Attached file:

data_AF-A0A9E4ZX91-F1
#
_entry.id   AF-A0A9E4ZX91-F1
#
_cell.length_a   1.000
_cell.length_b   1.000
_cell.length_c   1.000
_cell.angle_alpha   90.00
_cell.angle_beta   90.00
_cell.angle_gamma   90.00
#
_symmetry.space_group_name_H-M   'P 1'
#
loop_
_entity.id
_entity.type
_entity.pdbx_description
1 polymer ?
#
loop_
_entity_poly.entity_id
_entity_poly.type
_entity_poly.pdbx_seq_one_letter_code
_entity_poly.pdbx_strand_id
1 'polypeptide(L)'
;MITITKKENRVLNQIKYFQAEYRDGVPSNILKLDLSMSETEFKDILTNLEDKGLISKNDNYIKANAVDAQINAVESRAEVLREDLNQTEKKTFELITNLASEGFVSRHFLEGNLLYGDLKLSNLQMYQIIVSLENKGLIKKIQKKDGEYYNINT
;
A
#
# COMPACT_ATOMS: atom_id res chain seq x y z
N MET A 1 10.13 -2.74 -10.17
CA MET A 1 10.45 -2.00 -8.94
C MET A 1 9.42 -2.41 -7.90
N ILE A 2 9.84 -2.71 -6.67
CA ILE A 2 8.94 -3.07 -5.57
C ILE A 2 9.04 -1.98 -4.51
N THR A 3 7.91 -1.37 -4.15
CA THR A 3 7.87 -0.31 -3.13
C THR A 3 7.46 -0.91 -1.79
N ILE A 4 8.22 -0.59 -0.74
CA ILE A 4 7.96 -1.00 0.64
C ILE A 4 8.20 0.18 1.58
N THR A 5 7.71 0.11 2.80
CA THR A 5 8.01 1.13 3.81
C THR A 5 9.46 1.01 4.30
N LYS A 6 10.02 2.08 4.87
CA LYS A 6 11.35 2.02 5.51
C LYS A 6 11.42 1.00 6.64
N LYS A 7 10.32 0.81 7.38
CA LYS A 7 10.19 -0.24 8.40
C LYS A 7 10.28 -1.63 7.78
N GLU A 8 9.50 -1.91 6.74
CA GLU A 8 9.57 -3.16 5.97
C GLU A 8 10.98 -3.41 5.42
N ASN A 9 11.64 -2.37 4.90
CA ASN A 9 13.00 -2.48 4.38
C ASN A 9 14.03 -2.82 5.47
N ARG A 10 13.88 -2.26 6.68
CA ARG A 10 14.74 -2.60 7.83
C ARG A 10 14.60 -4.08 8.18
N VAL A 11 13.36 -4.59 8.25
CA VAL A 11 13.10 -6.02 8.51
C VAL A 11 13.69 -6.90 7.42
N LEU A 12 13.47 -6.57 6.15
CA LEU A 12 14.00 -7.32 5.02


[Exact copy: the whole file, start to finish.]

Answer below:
data_AF-A0A9E4ZX91-F1
#
_entry.id   AF-A0A9E4ZX91-F1
#
_cell.length_a   1.000
_cell.length_b   1.000
_cell.length_c   1.000
_cell.angle_alpha   90.00
_cell.angle_beta   90.00
_cell.angle_gamma   90.00
#
_symmetry.space_group_name_H-M   'P 1'
#
loop_
_entity.id
_entity.type
_entity.pdbx_description
1 polymer ?
#
loop_
_entity_poly.entity_id
_entity_poly.type
_entity_poly.pdbx_seq_one_letter_code
_entity_poly.pdbx_strand_id
1 'polypeptide(L)'
;MITITKKENRVLNQIKYFQAEYRDGVPSNILKLDLSMSETEFKDILTNLEDKGLISKNDNYIKANAVDAQINAVESRAEVLREDLNQTEKKTFELITNLASEGFVSRHFLEGNLLYGDLKLSNLQMYQIIVSLENKGLIKKIQKKDGEYYNINT
;
A
#
# COMPACT_ATOMS: atom_id res chain seq x y z
N MET A 1 10.13 -2.74 -10.17
CA MET A 1 10.45 -2.00 -8.94
C MET A 1 9.42 -2.41 -7.90
N ILE A 2 9.84 -2.71 -6.67
CA ILE A 2 8.94 -3.07 -5.57
C ILE A 2 9.04 -1.98 -4.51
N THR A 3 7.91 -1.37 -4.15
CA THR A 3 7.87 -0.31 -3.13
C THR A 3 7.46 -0.91 -1.79
N ILE A 4 8.22 -0.59 -0.74
CA ILE A 4 7.96 -1.00 0.64
C ILE A 4 8.20 0.18 1.58
N THR A 5 7.71 0.11 2.80
CA THR A 5 8.01 1.13 3.81
C THR A 5 9.46 1.01 4.30
N LYS A 6 10.02 2.08 4.87
CA LYS A 6 11.35 2.02 5.51
C LYS A 6 11.42 1.00 6.64
N LYS A 7 10.32 0.81 7.38
CA LYS A 7 10.19 -0.24 8.40
C LYS A 7 10.28 -1.63 7.78
N GLU A 8 9.50 -1.91 6.74
CA GLU A 8 9.57 -3.16 5.97
C GLU A 8 10.98 -3.41 5.42
N ASN A 9 11.64 -2.37 4.90
CA ASN A 9 13.00 -2.48 4.38
C ASN A 9 14.03 -2.82 5.47
N ARG A 10 13.88 -2.26 6.68
CA ARG A 10 14.74 -2.60 7.83
C ARG A 10 14.60 -4.08 8.18
N VAL A 11 13.36 -4.59 8.25
CA VAL A 11 13.10 -6.02 8.51
C VAL A 11 13.69 -6.90 7.42
N LEU A 12 13.47 -6.57 6.15
CA LEU A 12 14.00 -7.32 5.02